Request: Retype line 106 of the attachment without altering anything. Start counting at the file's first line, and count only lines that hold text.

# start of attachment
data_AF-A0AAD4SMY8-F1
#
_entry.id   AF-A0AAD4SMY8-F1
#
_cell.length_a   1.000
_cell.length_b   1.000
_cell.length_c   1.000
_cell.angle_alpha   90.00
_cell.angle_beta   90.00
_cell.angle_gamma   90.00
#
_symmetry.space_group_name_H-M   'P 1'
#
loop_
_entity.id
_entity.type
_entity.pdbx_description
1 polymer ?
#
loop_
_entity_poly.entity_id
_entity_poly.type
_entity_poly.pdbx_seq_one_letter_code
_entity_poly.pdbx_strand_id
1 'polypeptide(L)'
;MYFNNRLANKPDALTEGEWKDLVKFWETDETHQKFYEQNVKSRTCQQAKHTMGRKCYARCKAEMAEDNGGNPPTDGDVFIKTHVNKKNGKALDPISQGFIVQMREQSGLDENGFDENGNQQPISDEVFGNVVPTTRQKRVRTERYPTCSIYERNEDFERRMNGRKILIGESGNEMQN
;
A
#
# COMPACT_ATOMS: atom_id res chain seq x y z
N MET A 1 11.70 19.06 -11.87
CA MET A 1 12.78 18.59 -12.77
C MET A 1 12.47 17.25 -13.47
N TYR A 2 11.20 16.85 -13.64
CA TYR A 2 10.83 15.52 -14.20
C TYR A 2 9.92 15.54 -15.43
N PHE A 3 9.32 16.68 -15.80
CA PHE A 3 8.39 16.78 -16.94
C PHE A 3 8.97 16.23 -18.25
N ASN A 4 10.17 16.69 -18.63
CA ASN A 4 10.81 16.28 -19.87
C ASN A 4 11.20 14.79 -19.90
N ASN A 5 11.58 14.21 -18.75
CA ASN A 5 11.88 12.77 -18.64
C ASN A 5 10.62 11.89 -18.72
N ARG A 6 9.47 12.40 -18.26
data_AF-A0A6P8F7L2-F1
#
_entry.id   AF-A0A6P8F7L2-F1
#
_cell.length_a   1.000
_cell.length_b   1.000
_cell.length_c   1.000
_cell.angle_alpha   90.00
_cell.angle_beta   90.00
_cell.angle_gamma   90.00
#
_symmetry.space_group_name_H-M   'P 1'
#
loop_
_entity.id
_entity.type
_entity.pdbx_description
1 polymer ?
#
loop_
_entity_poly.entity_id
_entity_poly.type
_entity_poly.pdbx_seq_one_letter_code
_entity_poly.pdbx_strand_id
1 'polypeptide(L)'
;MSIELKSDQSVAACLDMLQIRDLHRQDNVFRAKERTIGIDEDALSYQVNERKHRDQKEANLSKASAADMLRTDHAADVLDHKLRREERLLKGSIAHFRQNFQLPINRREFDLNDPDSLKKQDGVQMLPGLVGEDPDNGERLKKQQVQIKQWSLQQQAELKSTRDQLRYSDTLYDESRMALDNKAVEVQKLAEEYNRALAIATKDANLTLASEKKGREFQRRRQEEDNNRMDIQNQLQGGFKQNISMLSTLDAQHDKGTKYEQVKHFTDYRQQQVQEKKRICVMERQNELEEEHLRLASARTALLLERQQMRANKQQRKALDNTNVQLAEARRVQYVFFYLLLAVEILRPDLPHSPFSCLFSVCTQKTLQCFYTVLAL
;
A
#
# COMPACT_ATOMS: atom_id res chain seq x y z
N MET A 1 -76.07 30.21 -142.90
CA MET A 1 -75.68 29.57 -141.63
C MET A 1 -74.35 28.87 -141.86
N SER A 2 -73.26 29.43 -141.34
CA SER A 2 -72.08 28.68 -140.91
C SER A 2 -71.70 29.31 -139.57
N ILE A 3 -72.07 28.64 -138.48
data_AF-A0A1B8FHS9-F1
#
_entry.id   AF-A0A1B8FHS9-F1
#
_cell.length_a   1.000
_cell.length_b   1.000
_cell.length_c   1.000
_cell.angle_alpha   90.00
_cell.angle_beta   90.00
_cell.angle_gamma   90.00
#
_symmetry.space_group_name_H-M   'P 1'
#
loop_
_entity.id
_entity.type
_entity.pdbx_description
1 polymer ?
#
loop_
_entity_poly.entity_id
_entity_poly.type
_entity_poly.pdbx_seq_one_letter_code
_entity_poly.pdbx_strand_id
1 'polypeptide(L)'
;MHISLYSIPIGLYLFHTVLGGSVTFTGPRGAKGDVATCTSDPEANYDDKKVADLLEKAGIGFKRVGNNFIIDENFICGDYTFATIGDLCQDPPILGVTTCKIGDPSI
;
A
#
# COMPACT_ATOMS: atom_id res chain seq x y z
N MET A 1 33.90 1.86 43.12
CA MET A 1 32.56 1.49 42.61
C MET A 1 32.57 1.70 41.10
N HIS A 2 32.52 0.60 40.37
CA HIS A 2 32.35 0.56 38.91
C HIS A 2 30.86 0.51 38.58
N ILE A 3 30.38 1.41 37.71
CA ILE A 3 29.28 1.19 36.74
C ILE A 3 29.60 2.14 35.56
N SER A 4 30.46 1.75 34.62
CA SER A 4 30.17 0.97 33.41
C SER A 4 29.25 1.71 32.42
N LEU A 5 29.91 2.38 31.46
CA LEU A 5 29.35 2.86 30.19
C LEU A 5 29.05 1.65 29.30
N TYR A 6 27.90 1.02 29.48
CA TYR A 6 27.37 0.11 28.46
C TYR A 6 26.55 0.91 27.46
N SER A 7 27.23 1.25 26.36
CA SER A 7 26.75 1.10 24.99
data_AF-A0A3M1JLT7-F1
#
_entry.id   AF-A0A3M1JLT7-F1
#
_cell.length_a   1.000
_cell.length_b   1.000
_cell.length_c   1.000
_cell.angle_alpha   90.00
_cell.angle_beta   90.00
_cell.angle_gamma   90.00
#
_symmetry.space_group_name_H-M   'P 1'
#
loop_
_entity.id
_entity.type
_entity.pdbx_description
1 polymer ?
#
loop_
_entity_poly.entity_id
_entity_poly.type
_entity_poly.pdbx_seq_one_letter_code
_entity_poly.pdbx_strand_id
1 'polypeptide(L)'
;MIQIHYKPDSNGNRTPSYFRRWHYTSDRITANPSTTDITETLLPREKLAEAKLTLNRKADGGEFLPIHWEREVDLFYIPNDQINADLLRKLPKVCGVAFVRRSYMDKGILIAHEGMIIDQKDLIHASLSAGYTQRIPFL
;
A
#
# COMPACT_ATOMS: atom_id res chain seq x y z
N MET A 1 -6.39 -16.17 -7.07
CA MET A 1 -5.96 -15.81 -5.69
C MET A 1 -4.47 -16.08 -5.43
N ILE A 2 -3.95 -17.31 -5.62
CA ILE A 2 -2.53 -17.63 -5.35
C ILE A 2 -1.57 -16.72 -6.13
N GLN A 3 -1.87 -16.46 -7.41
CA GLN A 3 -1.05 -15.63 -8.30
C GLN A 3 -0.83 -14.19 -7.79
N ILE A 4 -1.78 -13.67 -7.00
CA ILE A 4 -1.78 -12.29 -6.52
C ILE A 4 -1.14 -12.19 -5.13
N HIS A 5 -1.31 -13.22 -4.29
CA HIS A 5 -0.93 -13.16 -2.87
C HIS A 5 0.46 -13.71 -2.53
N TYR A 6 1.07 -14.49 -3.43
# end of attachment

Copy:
_entity_poly.pdbx_seq_one_letter_code